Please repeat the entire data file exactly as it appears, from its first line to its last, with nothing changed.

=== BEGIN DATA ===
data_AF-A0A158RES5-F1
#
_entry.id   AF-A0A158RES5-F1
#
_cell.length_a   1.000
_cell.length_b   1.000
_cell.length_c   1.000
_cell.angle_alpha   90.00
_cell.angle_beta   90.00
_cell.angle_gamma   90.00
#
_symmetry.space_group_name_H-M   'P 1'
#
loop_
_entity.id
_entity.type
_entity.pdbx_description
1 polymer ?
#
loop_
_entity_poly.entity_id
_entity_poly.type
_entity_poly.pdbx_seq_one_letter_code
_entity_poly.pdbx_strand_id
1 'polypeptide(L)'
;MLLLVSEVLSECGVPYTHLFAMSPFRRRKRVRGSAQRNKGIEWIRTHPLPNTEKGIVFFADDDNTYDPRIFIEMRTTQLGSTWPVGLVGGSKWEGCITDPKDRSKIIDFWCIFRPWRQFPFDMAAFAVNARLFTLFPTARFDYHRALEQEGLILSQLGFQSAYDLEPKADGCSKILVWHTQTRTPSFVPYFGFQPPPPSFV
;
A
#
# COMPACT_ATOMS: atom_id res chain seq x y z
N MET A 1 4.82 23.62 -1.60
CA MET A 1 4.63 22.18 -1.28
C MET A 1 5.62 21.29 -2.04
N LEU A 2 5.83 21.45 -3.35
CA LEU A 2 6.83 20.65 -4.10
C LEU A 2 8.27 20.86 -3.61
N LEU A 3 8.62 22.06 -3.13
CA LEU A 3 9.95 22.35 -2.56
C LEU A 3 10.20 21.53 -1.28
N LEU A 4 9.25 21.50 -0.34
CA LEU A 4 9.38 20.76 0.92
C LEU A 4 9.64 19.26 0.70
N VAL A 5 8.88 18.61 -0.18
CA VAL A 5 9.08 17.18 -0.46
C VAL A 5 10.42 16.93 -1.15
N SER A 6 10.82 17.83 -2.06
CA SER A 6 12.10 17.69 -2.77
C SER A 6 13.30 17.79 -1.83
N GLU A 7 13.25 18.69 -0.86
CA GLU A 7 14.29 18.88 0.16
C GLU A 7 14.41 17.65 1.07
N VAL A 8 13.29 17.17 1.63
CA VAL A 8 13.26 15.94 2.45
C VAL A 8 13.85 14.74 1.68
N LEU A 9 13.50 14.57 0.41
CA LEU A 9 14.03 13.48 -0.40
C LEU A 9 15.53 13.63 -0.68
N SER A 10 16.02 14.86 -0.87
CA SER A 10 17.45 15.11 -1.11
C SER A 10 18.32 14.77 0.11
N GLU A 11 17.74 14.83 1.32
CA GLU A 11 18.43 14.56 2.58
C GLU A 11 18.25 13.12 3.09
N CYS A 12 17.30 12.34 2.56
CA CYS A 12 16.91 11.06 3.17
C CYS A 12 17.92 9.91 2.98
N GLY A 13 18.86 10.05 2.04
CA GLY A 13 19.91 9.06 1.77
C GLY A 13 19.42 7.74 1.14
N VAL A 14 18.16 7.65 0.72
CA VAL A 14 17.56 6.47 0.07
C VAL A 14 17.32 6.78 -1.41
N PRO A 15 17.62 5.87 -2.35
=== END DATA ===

data_AF-A0A158RES5-F1
#
_entry.id   AF-A0A158RES5-F1
#
_cell.length_a   1.000
_cell.length_b   1.000
_cell.length_c   1.000
_cell.angle_alpha   90.00
_cell.angle_beta   90.00
_cell.angle_gamma   90.00
#
_symmetry.space_group_name_H-M   'P 1'
#
loop_
_entity.id
_entity.type
_entity.pdbx_description
1 polymer ?
#
loop_
_entity_poly.entity_id
_entity_poly.type
_entity_poly.pdbx_seq_one_letter_code
_entity_poly.pdbx_strand_id
1 'polypeptide(L)'
;MLLLVSEVLSECGVPYTHLFAMSPFRRRKRVRGSAQRNKGIEWIRTHPLPNTEKGIVFFADDDNTYDPRIFIEMRTTQLGSTWPVGLVGGSKWEGCITDPKDRSKIIDFWCIFRPWRQFPFDMAAFAVNARLFTLFPTARFDYHRALEQEGLILSQLGFQSAYDLEPKADGCSKILVWHTQTRTPSFVPYFGFQPPPPSFV
;
A
#
# COMPACT_ATOMS: atom_id res chain seq x y z
N MET A 1 4.82 23.62 -1.60
CA MET A 1 4.63 22.18 -1.28
C MET A 1 5.62 21.29 -2.04
N LEU A 2 5.83 21.45 -3.35
CA LEU A 2 6.83 20.65 -4.10
C LEU A 2 8.27 20.86 -3.61
N LEU A 3 8.62 22.06 -3.13
CA LEU A 3 9.95 22.35 -2.56
C LEU A 3 10.20 21.53 -1.28
N LEU A 4 9.25 21.50 -0.34
CA LEU A 4 9.38 20.76 0.92
C LEU A 4 9.64 19.26 0.70
N VAL A 5 8.88 18.61 -0.18
CA VAL A 5 9.08 17.18 -0.46
C VAL A 5 10.42 16.93 -1.15
N SER A 6 10.82 17.83 -2.06
CA SER A 6 12.10 17.69 -2.77
C SER A 6 13.30 17.79 -1.83
N GLU A 7 13.25 18.69 -0.86
CA GLU A 7 14.29 18.88 0.16
C GLU A 7 14.41 17.65 1.07
N VAL A 8 13.29 17.17 1.63
CA VAL A 8 13.26 15.94 2.45
C VAL A 8 13.85 14.74 1.68
N LEU A 9 13.50 14.57 0.41
CA LEU A 9 14.03 13.48 -0.40
C LEU A 9 15.53 13.63 -0.68
N SER A 10 16.02 14.86 -0.87
CA SER A 10 17.45 15.11 -1.11
C SER A 10 18.32 14.77 0.11
N GLU A 11 17.74 14.83 1.32
CA GLU A 11 18.43 14.56 2.58
C GLU A 11 18.25 13.12 3.09
N CYS A 12 17.30 12.34 2.56
CA CYS A 12 16.91 11.06 3.17
C CYS A 12 17.92 9.91 2.98
N GLY A 13 18.86 10.05 2.04
CA GLY A 13 19.91 9.06 1.77
C GLY A 13 19.42 7.74 1.14
N VAL A 14 18.16 7.65 0.72
CA VAL A 14 17.56 6.47 0.07
C VAL A 14 17.32 6.78 -1.41
N PRO A 15 17.62 5.87 -2.35